Nicholas Cerny, Contributing Photographer

TwoSet Violin, a classical comedy violin duo that gained popularity through their viral YouTube videos, performed for and answered questions from a packed audience in Sheffield-Sterling-Strathcona Hall Thursday evening.

The event marked the second time the duo, composed of violinists Eddy Chen and Brett Yang, has visited Yale. With 4.12 million subscribers and 1.40 billion views on YouTube, TwoSet Violin is now one of the most-watched classical music related channels on YouTube. Their visit at Yale marked the first stop on their 2023 world tour — they arrived in New Haven from Australia mere hours before the event.

“They’re really the face of the younger classical musician community, and over the past ten years, they’ve revolutionized the image of classical music for a lot of students and younger people,” said Atticus Margulis-Ohnuma ’25, president of the Yale Symphony Orchestra.

The duo first visited Yale in the fall of 2018 when Mary Lui, Head of Timothy Dwight College, invited them after seeing one of their videos pop up in her YouTube feed. As a former orchestral musician herself, Lui said she thought their videos were “one of the funniest things [she had] ever seen.” 

Then, Lui decided she would host the pair in her house, which has a 50-person capacity, as she expected a modest showing. Worried there would not be enough of an audience, she tried reaching out to local neighborhood music schools to bring in more people. Her suspicions were wrong.

“I thought I would just have a small crowd of classical music enthusiasts, but I ended up having my house crammed full with hundreds of students,” she said. “I had no idea they were actually really famous.”

So when the Australian duo said they were doing a world tour and were interested in visiting Yale again this year, Lui decided to host the event in Sheffield-Sterling-Strathcona Hall. Free tickets sold out hours after opening up to all students.

On Thursday night, Chen and Yang were greeted onto stage by thunderous applause before performing an arrangement for two violins of Handel-Halvorsen’s famous Passacaglia — a famous virtuoso piece usually done with a violin and a cello — in G minor.

Lui then joined them for a brief interview before opening the conversation up to a Q&A with attendees. The duo discussed performance nerves and their experience with classical music while bantering with students about their favorite instruments.

Estelle Balsirow ’26, an oboist in the Yale Symphony Orchestra, asked Chen and Yang for their opinion on oboists, leading into a conversation in which Chen and Yang began asking Balsirow about her own journey to becoming an oboist.

“TwoSet helps me balance the world of classical music and our modern times with humor and charm,” said Balsirow. “Talking to them made me realize that they are just as funny and sweet in person as they are on the screen.”

Lui said she is constantly looking for ways to support Yale’s classical music community. 

Last year, she invited Grammy-winning violinist Hilary Hahn to the University last year as a Timothy Dwight Chubb Fellow,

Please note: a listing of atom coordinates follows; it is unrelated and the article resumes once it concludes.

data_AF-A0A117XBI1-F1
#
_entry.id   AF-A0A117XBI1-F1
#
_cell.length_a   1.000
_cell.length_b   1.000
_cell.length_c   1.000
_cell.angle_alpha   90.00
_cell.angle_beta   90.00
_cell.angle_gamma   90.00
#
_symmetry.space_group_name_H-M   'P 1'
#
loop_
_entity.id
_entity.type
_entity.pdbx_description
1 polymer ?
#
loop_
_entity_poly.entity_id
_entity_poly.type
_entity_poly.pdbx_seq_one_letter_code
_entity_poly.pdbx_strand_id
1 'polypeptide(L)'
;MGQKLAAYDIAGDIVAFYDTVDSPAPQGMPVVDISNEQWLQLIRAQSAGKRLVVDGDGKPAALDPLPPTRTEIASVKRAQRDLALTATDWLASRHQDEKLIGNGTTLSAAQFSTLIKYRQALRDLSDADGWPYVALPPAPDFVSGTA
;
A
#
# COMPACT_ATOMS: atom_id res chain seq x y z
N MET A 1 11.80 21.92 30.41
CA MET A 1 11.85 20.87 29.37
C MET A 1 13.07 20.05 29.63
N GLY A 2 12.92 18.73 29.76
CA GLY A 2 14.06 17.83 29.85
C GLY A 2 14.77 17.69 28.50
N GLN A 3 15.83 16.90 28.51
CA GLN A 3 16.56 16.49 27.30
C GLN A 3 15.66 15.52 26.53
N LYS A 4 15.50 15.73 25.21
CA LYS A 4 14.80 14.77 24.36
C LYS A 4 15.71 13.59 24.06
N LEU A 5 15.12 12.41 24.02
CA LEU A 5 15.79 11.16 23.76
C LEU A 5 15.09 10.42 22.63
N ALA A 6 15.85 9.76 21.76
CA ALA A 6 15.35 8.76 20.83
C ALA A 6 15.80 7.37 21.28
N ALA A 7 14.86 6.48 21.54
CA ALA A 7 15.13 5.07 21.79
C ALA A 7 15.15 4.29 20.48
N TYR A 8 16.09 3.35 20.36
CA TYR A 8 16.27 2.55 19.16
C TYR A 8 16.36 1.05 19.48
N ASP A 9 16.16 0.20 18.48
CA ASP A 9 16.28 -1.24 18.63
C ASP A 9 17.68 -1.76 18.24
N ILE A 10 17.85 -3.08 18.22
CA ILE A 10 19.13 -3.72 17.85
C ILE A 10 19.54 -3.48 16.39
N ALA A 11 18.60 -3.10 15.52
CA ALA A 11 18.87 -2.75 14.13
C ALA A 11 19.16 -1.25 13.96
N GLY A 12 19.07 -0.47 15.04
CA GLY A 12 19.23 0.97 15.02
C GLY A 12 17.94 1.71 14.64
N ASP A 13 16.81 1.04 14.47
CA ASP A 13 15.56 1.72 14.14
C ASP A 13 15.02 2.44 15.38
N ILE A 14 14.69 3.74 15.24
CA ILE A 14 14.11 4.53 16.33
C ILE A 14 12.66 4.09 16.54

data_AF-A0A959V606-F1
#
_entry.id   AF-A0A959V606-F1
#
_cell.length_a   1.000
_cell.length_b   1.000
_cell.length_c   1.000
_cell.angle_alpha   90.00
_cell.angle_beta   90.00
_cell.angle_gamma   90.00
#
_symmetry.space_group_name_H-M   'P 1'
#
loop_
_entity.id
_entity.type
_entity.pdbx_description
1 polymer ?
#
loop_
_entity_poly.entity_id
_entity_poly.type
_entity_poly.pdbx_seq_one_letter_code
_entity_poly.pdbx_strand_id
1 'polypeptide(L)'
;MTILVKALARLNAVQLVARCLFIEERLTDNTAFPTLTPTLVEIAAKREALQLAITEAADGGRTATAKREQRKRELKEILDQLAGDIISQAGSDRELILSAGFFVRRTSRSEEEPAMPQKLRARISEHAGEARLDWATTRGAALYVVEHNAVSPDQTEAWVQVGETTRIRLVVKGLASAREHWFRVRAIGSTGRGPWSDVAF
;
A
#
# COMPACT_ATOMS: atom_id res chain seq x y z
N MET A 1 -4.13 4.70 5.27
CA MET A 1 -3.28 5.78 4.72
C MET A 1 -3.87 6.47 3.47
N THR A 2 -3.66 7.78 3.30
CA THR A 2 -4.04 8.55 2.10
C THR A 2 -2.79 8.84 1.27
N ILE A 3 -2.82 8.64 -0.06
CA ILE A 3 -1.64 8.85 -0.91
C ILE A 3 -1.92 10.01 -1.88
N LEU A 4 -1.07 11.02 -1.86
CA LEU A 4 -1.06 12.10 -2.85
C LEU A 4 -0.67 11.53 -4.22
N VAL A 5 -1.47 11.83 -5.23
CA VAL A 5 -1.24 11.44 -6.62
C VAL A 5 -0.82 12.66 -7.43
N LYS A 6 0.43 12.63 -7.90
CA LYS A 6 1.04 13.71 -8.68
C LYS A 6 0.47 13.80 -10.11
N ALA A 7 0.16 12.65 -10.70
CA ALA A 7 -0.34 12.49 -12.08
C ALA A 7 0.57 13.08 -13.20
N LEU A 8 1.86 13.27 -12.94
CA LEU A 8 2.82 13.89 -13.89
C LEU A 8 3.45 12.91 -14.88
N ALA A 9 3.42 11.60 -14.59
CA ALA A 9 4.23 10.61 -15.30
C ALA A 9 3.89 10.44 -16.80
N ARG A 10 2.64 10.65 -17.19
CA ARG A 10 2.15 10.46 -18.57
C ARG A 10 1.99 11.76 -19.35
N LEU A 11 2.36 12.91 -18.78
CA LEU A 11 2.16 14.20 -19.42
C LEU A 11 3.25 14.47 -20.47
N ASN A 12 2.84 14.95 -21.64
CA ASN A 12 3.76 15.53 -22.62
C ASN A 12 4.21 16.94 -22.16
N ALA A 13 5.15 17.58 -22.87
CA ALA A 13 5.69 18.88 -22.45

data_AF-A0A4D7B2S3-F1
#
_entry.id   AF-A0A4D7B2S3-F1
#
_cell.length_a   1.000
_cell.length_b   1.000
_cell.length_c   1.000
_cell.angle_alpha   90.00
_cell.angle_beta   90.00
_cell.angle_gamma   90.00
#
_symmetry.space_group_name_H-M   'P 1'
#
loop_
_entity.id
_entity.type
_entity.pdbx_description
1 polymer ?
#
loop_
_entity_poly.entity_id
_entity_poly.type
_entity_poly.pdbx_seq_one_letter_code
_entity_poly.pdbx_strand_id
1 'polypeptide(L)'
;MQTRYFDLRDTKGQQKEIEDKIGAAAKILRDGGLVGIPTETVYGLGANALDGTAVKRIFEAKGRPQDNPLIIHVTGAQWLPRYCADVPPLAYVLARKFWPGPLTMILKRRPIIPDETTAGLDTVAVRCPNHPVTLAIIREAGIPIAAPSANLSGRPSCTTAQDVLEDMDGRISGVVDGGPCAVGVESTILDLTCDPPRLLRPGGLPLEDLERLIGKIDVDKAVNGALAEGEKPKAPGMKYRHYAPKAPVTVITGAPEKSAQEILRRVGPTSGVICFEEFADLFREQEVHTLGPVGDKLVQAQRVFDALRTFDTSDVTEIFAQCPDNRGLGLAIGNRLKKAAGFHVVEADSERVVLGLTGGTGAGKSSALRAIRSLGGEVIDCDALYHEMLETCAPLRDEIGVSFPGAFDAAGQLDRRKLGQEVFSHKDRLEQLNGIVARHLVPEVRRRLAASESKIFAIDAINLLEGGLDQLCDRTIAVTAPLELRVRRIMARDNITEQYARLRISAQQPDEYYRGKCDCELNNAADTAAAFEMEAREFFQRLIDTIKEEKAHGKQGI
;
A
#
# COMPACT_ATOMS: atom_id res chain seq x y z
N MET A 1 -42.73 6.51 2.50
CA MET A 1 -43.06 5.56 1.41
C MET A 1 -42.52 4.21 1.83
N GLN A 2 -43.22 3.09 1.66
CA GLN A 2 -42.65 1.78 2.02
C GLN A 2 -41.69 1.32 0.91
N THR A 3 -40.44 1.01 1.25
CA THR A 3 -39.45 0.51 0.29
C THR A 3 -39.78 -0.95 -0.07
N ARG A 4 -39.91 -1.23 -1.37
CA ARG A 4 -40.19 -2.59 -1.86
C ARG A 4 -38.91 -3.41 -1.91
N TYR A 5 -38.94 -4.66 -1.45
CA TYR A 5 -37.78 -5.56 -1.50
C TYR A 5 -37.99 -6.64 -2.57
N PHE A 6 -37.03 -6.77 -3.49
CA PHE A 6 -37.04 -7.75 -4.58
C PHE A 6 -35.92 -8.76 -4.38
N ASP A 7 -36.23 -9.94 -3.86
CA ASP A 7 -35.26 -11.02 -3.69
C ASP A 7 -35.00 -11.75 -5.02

“In a [classical music] environment that can be so competitive and cutthroat, the joy of playing can sometimes escape students — [students] are always vulnerable putting themselves out there,” Lui said. “To play at a high level, one has to put in a lot of work and dedication. But that doesn’t mean music is only for people who can do that. Music is for everyone, and we can all take enjoyment from it somehow.”

Chen and Yang both attended conservatory and worked as professional classical violinists in the Sydney Symphony and Queensland Symphony Orchestras, respectively. They resigned their positions in 2016 to host live classical-comedy performances, soon becoming the first-ever crowdfunded classical world tour. They have collaborated with some of the biggest names in classical music, including Hahn, Lang Lang, James Ehnes and Janine Jansen.

Their videos focus on life as classical musicians at conservatory and poke fun at what Ella Saputra ’27, a violinist and attendee at the event, said is a field often considered to be  “boring and stuffy.” 

“TwoSet makes the world of classical music accessible to everyone, even non-musicians — they really show that classical music can be something that’s fun and enjoyable, no matter your musical background or experience,” Saputra said.

To Lui, this element of accessibility that the duo exudes is how she chooses who she invites to Yale. Because Chen and Yang have gone through serious classical training themselves, their humor is not only relatable to musicians, but it also gets to the roots of many of the “power dynamics” that classical music often suffers from, she said.

Lui finds their story “incredibly important” for the music community at Yale. She describes them as two successful classical musicians who could have stayed in the “symphony route” but wanted to do more — they wanted classical music to reach more people and to be “something fun.” 

“Especially here at Yale, where so many students came out of a [classical music] background of dedication and hard work, students can often feel like something is missing or gone when they don’t do that anymore,” said Lui. “And it’s important to realize that no, the music really hasn’t left you. The grind has left you, but the music hasn’t.”

TwoSet Violin’s next stops include sold-out shows in some of the United States’ most prestigious venues, including the David Geffen Hall in New York and Symphony Hall in Boston.

Tobias Liu covers the School of Music and the undergraduate music scene. He is a sophomore in Trumbull College from Johns Creek, Georgia majoring in Economics and Molecular Biology.